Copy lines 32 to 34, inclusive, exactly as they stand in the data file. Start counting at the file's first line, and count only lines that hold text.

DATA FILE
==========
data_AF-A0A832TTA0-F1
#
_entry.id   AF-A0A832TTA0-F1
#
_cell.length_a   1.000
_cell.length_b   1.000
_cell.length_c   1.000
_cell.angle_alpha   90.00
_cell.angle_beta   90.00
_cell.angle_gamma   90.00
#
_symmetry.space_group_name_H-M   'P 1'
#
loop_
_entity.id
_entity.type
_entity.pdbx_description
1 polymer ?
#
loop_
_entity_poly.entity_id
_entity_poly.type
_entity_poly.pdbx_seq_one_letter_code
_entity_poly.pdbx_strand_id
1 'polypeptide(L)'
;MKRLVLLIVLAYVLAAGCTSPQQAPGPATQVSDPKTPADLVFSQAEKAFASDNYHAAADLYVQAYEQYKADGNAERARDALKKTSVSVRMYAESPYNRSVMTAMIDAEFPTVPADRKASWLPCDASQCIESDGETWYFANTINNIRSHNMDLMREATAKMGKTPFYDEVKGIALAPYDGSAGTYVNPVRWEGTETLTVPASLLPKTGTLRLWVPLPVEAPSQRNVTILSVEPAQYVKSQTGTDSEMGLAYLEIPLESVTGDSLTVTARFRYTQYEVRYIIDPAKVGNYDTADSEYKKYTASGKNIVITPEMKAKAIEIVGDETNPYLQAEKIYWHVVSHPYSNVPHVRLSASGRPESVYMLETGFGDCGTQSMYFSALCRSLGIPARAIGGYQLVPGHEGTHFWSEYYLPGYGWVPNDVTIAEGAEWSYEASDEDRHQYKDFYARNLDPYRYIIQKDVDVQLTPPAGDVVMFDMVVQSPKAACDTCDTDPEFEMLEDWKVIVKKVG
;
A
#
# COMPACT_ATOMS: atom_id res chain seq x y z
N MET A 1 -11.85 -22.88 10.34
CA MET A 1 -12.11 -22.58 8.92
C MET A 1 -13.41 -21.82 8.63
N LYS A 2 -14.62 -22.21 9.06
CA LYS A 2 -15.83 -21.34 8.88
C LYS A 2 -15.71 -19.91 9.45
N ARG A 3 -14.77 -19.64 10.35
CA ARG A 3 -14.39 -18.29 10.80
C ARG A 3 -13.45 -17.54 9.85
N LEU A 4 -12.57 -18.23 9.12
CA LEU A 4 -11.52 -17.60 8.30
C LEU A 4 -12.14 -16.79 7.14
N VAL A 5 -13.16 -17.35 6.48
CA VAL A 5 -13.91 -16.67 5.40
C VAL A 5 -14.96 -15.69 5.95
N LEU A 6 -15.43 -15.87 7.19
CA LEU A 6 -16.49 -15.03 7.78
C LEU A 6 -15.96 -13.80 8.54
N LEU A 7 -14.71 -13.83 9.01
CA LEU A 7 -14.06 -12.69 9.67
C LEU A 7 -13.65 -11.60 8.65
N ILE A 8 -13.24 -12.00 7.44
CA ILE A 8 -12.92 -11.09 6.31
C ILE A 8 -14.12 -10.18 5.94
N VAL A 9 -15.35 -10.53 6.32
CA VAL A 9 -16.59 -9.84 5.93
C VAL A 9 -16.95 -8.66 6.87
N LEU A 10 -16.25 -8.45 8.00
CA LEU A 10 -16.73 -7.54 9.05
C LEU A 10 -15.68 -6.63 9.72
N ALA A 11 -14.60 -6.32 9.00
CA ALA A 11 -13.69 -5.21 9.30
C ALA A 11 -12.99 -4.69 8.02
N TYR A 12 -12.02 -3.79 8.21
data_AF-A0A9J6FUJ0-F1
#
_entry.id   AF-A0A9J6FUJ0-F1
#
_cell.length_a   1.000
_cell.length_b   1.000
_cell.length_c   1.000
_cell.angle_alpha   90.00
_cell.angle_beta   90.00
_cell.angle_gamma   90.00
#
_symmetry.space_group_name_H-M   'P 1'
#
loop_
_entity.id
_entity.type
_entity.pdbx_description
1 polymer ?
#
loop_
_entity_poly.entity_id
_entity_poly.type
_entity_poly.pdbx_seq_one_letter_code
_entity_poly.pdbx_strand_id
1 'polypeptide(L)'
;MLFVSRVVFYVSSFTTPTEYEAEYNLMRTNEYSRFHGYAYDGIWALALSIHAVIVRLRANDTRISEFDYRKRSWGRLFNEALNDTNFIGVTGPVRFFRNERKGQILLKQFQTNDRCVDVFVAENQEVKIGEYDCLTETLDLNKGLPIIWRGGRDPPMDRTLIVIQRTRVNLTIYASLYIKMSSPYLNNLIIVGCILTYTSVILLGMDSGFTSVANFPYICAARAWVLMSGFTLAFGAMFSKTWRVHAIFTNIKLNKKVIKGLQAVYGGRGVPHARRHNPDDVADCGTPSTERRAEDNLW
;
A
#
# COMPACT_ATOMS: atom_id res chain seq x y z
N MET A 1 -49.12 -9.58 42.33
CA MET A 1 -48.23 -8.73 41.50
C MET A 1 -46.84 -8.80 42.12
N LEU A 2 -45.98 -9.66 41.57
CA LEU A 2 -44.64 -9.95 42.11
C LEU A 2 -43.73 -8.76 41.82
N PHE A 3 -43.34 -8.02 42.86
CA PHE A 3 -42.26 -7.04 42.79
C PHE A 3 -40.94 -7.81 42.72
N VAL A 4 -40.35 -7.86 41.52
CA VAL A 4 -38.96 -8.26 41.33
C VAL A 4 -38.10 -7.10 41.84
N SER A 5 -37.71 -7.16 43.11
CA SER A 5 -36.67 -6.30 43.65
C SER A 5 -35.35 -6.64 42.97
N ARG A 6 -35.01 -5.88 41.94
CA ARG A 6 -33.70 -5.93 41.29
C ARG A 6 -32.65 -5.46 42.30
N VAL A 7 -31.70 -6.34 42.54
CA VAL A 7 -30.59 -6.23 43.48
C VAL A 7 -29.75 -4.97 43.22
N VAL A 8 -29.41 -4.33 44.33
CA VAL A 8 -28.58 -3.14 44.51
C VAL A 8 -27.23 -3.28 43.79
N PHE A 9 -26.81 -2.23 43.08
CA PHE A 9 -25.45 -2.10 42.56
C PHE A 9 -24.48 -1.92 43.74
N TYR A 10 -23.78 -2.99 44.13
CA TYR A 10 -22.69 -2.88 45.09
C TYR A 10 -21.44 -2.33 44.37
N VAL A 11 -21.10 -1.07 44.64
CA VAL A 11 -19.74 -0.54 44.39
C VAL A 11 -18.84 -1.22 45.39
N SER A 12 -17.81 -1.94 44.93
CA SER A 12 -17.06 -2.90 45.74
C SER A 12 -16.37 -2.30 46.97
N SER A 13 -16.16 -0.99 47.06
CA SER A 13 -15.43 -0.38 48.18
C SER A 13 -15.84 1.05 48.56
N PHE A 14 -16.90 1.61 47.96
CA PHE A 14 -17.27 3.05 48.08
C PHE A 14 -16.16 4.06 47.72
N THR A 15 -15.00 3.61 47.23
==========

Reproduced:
CA MET A 1 -12.11 -22.58 8.92
C MET A 1 -13.41 -21.82 8.63
N LYS A 2 -14.62 -22.21 9.06